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Law & Technology

Gerard Magliocca

Gerard N. Magliocca is the Samuel R. Rosen Professor at the Indiana University Robert H. McKinney School of Law. Professor Magliocca is the author of three books and over twenty articles on constitutional law and intellectual property. He received his undergraduate degree from Stanford, his law degree from Yale, and joined the faculty after two years as an attorney at Covington and Burling and one year as a law clerk for Judge Guido Calabresi on the United States Court of Appeals for the Second Circuit. Professor Magliocca has received the Best New Professor Award and the Black Cane (Most Outstanding Professor) from the student body, and in 2008 held the Fulbright-Dow Distinguished Research Chair of the Roosevelt Study Center in Middelburg, The Netherlands. He was elected to the American Law Institute (ALI) in 2013.

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11 Responses

  1. You might find some ideas and references here, an online discussion by various experts on “human autonomy, technology, and law” held at Jurisdynamics last year (Feb. 2–March 5, 2009): http://techtheory.blogspot.com/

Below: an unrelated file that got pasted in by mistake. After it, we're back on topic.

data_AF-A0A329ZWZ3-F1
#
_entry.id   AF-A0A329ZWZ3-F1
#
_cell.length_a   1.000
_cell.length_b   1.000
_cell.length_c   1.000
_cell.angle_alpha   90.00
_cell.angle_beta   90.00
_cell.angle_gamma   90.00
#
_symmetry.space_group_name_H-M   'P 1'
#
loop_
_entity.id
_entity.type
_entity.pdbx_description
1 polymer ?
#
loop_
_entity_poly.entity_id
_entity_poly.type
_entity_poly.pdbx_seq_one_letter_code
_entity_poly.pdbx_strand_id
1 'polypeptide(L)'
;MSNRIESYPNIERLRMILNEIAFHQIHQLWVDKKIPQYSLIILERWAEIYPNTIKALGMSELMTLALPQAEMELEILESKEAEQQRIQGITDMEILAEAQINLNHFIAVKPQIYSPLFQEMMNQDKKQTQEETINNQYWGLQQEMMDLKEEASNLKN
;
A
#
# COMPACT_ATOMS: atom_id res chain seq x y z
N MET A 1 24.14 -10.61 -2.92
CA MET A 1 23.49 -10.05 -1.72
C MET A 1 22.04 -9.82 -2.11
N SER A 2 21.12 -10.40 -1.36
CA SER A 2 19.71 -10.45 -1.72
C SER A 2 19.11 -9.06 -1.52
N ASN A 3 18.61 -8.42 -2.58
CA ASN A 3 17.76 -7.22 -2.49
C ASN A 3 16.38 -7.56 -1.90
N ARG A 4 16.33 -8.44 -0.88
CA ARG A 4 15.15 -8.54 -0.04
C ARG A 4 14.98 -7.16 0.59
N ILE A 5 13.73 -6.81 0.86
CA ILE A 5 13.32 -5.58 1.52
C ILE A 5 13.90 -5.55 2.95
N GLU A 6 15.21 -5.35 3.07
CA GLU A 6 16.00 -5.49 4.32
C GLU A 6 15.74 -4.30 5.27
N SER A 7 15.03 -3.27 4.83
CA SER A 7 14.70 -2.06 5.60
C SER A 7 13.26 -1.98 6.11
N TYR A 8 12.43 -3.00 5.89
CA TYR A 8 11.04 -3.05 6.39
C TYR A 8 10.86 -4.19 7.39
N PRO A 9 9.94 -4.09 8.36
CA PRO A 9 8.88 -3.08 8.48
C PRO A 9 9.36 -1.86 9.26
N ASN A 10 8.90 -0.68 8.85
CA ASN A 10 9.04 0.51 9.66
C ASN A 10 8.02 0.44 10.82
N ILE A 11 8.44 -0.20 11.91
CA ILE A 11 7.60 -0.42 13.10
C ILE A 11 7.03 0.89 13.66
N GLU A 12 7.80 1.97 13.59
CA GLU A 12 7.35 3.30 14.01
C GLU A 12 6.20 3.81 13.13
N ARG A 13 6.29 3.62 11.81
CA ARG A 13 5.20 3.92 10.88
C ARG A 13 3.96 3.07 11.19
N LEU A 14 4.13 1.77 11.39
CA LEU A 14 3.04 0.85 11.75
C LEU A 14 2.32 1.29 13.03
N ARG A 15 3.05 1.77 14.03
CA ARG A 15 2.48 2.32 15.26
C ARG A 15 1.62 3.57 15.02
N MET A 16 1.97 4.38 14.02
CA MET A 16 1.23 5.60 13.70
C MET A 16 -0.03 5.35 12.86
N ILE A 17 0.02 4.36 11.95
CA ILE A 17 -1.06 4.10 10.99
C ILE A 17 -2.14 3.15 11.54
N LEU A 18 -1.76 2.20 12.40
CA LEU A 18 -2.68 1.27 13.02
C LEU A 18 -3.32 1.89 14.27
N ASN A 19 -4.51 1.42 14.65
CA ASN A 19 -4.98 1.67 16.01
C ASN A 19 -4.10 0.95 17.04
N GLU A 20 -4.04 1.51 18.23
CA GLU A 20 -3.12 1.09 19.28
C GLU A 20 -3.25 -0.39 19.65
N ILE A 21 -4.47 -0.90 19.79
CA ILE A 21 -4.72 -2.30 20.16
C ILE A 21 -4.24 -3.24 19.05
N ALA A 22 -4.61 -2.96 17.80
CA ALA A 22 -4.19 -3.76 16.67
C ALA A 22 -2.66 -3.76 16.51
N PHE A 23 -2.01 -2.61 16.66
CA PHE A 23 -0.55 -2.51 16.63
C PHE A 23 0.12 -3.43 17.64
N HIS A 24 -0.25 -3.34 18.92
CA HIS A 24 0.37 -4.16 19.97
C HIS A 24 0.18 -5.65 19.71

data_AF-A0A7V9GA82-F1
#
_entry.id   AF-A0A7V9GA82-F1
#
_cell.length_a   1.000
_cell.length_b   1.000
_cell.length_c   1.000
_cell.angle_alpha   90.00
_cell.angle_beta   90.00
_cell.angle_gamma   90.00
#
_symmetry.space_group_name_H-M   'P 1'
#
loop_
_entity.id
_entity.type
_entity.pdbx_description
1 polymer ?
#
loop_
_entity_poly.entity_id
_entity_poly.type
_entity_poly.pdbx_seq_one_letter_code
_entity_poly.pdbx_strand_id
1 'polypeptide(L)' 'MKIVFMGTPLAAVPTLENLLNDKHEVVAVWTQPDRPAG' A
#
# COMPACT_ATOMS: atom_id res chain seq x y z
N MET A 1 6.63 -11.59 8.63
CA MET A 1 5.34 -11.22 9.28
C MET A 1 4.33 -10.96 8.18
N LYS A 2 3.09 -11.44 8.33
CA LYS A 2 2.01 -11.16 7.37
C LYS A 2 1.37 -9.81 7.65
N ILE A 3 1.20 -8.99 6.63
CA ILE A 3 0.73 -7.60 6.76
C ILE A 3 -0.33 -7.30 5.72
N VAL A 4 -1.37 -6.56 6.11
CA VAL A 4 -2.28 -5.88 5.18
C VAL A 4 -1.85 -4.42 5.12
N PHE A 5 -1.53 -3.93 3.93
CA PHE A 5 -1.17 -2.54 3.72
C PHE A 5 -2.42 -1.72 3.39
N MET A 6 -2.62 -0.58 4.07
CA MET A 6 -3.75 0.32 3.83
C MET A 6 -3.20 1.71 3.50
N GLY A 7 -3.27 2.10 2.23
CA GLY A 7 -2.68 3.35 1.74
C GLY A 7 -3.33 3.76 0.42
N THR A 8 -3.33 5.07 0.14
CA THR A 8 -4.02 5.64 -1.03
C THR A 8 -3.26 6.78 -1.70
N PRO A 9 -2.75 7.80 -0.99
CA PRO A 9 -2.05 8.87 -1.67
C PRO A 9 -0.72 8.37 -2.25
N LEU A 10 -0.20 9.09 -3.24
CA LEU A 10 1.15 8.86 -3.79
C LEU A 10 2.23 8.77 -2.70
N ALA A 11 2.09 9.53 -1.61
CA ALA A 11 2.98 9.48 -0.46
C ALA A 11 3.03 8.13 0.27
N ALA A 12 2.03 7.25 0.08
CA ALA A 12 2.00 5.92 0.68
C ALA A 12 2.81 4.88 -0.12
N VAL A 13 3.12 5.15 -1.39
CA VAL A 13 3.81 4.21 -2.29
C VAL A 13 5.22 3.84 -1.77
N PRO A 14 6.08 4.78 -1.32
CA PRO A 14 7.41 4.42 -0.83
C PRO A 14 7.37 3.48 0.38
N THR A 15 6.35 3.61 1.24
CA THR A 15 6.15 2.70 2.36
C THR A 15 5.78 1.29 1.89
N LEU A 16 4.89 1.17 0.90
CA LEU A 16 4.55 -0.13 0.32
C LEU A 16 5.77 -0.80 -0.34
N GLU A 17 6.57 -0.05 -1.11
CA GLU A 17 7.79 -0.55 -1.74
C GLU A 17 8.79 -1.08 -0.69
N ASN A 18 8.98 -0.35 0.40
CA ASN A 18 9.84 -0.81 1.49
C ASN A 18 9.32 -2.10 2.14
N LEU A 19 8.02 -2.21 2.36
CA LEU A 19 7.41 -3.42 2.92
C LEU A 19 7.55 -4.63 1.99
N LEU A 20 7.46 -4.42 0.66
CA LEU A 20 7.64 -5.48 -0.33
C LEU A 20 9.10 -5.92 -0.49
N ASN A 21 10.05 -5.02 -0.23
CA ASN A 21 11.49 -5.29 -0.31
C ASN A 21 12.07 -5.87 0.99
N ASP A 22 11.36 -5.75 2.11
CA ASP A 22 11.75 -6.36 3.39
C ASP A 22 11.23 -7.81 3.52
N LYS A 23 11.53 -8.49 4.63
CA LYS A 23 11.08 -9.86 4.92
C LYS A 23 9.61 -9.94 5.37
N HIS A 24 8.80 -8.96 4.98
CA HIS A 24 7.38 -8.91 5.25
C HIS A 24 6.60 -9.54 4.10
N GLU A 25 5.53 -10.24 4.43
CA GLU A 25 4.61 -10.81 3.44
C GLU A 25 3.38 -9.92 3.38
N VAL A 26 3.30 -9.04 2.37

And you might want to browse through the list on technology (2. Technology) from my bibliography for science and technology found here: http://ratiojuris.blogspot.com/2009/08/science-technology-basic-bibliography.html
    (click on ‘science and technology’in the first sentence)

  2. Joe Miller says:

    The Introduction to Lessig’s Free Culture talks about the Causby case, and the change in property law (takings doctrine, specifically) wrought by the advent of airplane technology. (The whole book is available on line as a pdf, here: http://www.free-culture.cc/freeculture.pdf ) Even if this isn’t the best reading for it, it seems like a good possibility – the disruptions in doctrine brought by the advent of widespread airplane use. ( I suppose many questions arose, in a similar vein, with the advent of widespread train use.)